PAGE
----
The 48th Highlanders of Canada raised three infantry battalions – the 15th, 92nd and 134th – for service during The Great War as well as providing large drafts of officers and men for other Canadian Expeditionary Force (CEF) units – principally the 19th, 35th, 58th,73rd and 74th Battalions. Of the three ‘48th’ battalions, the 15th was the only one to reach the front serving continuously from 1914 to 1919 as one of the four units of the 3rd Infantry Brigade of the 1st Canadian Division.
Upon formation at Valcartier in September 1914, the new unit became the 15th Battalion and later upon reaching the UK it was officially named the 15th Battalion (48th Highlanders) reflecting the fact that the majority of its 1283-man establishment was made up of 836 men from the Militia regiment “The 48th Highlanders.”
Although viewed as a ‘Toronto’ battalion, the balance of its original establishment contained significant numbers of men from other Ontario and Quebec Militia regiments: large contingents from the 31st Grey and 97th (Algonquin Rifles) Regiments as well as smaller groups from the 2nd Dragoons, 13th Scottish Light Dragoons and 26th Stanstead Dragoons. Following the terrible losses suffered by the battalion at 2nd Ypres in April 1915, the 15th’s composition, like all CEF battalions, gradually and steadily changed over the course of the war as casualties were replaced by reinforcements from many other CEF units. Research to-date indicates that over sixty units contributed reinforcement drafts to the 15th Battalion. The result was that despite its ‘Toronto roots,’ the battalion’s composition became much more ‘national’ with men from virtually every part of the country and many from the USA. The Battalion’s last Nominal Roll taken at Bas Oha, Belgium in 1919 prior to embarkation for the UK listed less than one hundred men of the original 15th Battalion still on strength. However, throughout the war the connection to the 48th Highlanders remained strong with the most visible evidence of this being the 48th pattern badges, insignia, Pipes & Drums and of course the Davidson tartan kilts worn by all ranks. Additionally, large numbers of the reinforcements to the 15th came from its sister ‘48th’ battalions, the 92nd and 134th, who also maintained their connections to and the traditions of their common parent Regiment. Hence throughout the war it was common practice for the 15th Battalion to frequently be simply referred to as ‘the 48th Highlanders’.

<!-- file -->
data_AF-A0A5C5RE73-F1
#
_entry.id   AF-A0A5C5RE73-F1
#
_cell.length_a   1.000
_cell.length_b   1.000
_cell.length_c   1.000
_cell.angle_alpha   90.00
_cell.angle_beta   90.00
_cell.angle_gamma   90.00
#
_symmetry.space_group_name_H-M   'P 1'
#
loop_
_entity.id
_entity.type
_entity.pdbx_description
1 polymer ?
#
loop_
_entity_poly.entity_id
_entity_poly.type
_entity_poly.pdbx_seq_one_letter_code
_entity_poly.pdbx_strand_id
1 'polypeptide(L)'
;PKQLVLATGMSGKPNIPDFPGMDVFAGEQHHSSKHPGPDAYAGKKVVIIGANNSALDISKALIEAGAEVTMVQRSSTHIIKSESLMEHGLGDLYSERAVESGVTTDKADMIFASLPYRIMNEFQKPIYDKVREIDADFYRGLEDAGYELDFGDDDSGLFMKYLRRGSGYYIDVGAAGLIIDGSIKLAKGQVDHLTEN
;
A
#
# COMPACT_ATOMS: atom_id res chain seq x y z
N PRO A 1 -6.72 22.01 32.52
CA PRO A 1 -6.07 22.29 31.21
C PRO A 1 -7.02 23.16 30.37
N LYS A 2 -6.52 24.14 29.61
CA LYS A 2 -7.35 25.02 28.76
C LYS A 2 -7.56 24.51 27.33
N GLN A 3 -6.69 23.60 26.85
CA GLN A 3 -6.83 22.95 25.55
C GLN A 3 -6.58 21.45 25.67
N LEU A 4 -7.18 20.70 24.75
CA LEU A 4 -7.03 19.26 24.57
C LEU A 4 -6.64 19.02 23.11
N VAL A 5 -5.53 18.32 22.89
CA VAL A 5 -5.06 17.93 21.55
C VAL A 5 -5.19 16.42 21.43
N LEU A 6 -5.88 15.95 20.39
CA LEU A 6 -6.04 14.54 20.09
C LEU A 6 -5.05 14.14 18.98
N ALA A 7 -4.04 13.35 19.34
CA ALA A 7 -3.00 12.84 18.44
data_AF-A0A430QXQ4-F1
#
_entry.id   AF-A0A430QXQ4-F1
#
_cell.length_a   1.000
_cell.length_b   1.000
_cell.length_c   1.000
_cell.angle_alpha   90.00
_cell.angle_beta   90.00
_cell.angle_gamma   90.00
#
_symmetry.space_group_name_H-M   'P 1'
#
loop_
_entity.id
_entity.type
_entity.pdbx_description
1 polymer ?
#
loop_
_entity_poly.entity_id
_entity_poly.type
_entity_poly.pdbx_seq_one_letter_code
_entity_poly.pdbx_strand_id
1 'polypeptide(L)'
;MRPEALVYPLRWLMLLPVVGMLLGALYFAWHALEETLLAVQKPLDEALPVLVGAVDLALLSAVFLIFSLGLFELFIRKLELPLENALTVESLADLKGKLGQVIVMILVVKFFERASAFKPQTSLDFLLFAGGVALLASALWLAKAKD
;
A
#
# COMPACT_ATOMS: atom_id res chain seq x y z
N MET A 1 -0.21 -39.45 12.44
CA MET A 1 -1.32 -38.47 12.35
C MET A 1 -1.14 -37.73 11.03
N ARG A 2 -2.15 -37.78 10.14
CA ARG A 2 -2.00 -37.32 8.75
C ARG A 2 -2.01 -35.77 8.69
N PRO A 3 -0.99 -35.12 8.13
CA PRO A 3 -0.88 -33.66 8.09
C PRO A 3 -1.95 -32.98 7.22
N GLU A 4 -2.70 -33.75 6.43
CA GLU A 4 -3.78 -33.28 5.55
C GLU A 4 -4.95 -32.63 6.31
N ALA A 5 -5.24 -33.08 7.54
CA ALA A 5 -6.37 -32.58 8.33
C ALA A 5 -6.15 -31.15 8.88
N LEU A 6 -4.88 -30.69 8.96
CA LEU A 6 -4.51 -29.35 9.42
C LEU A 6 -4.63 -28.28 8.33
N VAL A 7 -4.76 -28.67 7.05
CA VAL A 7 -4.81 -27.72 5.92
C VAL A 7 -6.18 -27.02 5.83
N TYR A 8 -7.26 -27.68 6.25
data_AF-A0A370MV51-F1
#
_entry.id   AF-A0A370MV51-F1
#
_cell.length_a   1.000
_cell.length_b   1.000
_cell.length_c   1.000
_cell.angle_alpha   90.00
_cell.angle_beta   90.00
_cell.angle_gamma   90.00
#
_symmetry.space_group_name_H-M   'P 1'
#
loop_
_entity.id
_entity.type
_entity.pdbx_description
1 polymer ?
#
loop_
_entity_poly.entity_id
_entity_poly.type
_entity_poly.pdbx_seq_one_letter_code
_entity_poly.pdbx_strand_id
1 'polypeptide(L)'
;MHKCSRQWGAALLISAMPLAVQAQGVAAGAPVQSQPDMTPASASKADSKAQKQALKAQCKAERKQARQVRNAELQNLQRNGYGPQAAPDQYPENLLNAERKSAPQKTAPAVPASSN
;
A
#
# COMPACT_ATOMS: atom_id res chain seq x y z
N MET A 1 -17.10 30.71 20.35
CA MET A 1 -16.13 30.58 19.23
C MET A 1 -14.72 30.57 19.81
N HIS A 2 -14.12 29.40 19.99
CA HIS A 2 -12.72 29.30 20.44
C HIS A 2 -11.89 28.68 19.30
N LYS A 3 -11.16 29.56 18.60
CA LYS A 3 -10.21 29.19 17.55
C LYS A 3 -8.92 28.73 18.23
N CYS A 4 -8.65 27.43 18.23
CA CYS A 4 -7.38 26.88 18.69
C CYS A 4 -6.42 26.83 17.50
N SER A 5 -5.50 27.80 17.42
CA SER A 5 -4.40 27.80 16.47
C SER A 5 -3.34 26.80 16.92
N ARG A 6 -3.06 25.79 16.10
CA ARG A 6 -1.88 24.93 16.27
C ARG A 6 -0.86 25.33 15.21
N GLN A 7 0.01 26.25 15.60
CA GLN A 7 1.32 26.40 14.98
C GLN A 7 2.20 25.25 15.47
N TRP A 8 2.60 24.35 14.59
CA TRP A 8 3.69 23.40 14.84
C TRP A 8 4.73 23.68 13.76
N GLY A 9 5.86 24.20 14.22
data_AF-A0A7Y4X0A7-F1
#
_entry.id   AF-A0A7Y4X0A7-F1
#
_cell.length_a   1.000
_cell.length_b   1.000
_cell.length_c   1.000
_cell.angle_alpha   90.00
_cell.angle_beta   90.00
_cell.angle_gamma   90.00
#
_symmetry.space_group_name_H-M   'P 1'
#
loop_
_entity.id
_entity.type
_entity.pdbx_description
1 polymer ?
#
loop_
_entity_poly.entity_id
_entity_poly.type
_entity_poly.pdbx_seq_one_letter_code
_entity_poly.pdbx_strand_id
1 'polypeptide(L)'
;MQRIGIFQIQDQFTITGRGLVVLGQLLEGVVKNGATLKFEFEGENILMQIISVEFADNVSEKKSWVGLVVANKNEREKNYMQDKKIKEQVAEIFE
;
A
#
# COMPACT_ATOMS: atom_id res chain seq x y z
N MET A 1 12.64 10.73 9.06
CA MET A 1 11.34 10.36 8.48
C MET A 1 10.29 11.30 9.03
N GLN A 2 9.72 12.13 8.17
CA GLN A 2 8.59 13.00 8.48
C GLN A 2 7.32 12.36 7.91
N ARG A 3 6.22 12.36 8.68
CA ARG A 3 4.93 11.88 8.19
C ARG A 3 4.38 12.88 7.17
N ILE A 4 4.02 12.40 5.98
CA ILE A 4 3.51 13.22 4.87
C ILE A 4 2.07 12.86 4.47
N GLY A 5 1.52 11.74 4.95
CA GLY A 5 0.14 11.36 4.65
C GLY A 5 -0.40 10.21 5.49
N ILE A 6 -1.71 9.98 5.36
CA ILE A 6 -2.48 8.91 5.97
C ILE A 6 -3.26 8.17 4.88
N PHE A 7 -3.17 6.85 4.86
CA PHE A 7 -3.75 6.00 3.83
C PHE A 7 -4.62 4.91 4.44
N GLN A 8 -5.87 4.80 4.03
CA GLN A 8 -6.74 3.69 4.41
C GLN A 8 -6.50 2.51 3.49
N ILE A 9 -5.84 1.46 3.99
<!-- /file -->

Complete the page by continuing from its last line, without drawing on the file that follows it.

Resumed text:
As part of the 3rd Infantry Brigade, the 15th Battalion participated in all the actions in which the 1st Canadian Division was engaged from the early days of 1915 through to the battles of the 100 Days campaign in late 1918.
The battalion crossed the Rhine in December 1918 and was garrisoned at Engelskirchen Germany as part of the Occupation Force holding the Cologne bridgehead until 5 Jan 1919 when it departed for Bas Oha, Belgium. The 15th left Belgium in March and following a short stay in the UK, sailed for Canada on board the RMS Baltic returning home to Toronto in a triumphant parade through the city in May 1919. Following a weekend of festivities on the battalion’s return to Toronto and a parade to hand over its Colours to The Regiment, the men of that great wartime unit departed for home. Although not officially disbanded until 30 August 1920 – the 15th Battalion was no more. In the words of author Kim Beattie, “the Battalion of which they were so justly proud had dissolved and vanished, leaving only a glorious memory.”